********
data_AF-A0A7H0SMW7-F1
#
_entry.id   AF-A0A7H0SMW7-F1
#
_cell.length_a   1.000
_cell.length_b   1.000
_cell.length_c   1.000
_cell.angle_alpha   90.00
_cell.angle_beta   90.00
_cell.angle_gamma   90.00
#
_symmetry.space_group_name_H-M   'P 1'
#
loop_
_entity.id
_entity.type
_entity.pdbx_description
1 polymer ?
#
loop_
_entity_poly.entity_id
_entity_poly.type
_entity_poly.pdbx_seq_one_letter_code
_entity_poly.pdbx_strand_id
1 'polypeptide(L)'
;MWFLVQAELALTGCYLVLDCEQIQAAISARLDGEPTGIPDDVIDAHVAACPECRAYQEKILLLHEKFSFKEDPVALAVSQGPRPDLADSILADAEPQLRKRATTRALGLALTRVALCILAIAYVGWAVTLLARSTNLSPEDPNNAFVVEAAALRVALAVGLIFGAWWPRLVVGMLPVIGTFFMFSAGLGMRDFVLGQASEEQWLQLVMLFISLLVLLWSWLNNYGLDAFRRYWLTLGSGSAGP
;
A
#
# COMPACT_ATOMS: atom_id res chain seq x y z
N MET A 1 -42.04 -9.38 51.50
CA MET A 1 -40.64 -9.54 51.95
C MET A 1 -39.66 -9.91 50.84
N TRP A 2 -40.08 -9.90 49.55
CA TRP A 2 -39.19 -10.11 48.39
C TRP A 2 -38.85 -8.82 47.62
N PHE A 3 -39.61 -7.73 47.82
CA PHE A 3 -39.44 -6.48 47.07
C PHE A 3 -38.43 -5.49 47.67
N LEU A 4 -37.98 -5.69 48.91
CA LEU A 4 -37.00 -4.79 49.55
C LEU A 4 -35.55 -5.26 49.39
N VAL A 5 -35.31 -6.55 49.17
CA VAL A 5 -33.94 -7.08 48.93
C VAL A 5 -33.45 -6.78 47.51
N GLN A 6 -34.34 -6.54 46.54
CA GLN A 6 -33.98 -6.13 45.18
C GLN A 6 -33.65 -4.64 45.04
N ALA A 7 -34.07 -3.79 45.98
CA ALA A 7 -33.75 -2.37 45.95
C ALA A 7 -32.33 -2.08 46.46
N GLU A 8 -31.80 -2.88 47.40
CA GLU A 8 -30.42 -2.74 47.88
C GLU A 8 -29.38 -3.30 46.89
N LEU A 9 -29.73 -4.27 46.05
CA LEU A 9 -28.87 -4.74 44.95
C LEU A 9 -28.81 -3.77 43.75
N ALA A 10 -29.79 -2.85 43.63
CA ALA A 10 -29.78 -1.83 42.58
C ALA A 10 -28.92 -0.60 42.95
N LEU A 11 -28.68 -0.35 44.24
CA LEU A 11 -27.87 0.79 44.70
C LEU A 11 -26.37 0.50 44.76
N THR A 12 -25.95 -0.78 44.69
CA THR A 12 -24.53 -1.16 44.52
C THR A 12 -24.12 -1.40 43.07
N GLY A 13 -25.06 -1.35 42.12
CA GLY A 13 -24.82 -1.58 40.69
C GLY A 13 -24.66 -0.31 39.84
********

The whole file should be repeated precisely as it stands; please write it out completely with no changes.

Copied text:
data_AF-A0A7H0SMW7-F1
#
_entry.id   AF-A0A7H0SMW7-F1
#
_cell.length_a   1.000
_cell.length_b   1.000
_cell.length_c   1.000
_cell.angle_alpha   90.00
_cell.angle_beta   90.00
_cell.angle_gamma   90.00
#
_symmetry.space_group_name_H-M   'P 1'
#
loop_
_entity.id
_entity.type
_entity.pdbx_description
1 polymer ?
#
loop_
_entity_poly.entity_id
_entity_poly.type
_entity_poly.pdbx_seq_one_letter_code
_entity_poly.pdbx_strand_id
1 'polypeptide(L)'
;MWFLVQAELALTGCYLVLDCEQIQAAISARLDGEPTGIPDDVIDAHVAACPECRAYQEKILLLHEKFSFKEDPVALAVSQGPRPDLADSILADAEPQLRKRATTRALGLALTRVALCILAIAYVGWAVTLLARSTNLSPEDPNNAFVVEAAALRVALAVGLIFGAWWPRLVVGMLPVIGTFFMFSAGLGMRDFVLGQASEEQWLQLVMLFISLLVLLWSWLNNYGLDAFRRYWLTLGSGSAGP
;
A
#
# COMPACT_ATOMS: atom_id res chain seq x y z
N MET A 1 -42.04 -9.38 51.50
CA MET A 1 -40.64 -9.54 51.95
C MET A 1 -39.66 -9.91 50.84
N TRP A 2 -40.08 -9.90 49.55
CA TRP A 2 -39.19 -10.11 48.39
C TRP A 2 -38.85 -8.82 47.62
N PHE A 3 -39.61 -7.73 47.82
CA PHE A 3 -39.44 -6.48 47.07
C PHE A 3 -38.43 -5.49 47.67
N LEU A 4 -37.98 -5.69 48.91
CA LEU A 4 -37.00 -4.79 49.55
C LEU A 4 -35.55 -5.26 49.39
N VAL A 5 -35.31 -6.55 49.17
CA VAL A 5 -33.94 -7.08 48.93
C VAL A 5 -33.45 -6.78 47.51
N GLN A 6 -34.34 -6.54 46.54
CA GLN A 6 -33.98 -6.13 45.18
C GLN A 6 -33.65 -4.64 45.04
N ALA A 7 -34.07 -3.79 45.98
CA ALA A 7 -33.75 -2.37 45.95
C ALA A 7 -32.33 -2.08 46.46
N GLU A 8 -31.80 -2.88 47.40
CA GLU A 8 -30.42 -2.74 47.88
C GLU A 8 -29.38 -3.30 46.89
N LEU A 9 -29.73 -4.27 46.05
CA LEU A 9 -28.87 -4.74 44.95
C LEU A 9 -28.81 -3.77 43.75
N ALA A 10 -29.79 -2.85 43.63
CA ALA A 10 -29.78 -1.83 42.58
C ALA A 10 -28.92 -0.60 42.95
N LEU A 11 -28.68 -0.35 44.24
CA LEU A 11 -27.87 0.79 44.70
C LEU A 11 -26.37 0.50 44.76
N THR A 12 -25.95 -0.78 44.69
CA THR A 12 -24.53 -1.16 44.52
C THR A 12 -24.12 -1.40 43.07
N GLY A 13 -25.06 -1.35 42.12
CA GLY A 13 -24.82 -1.58 40.69
C GLY A 13 -24.66 -0.31 39.84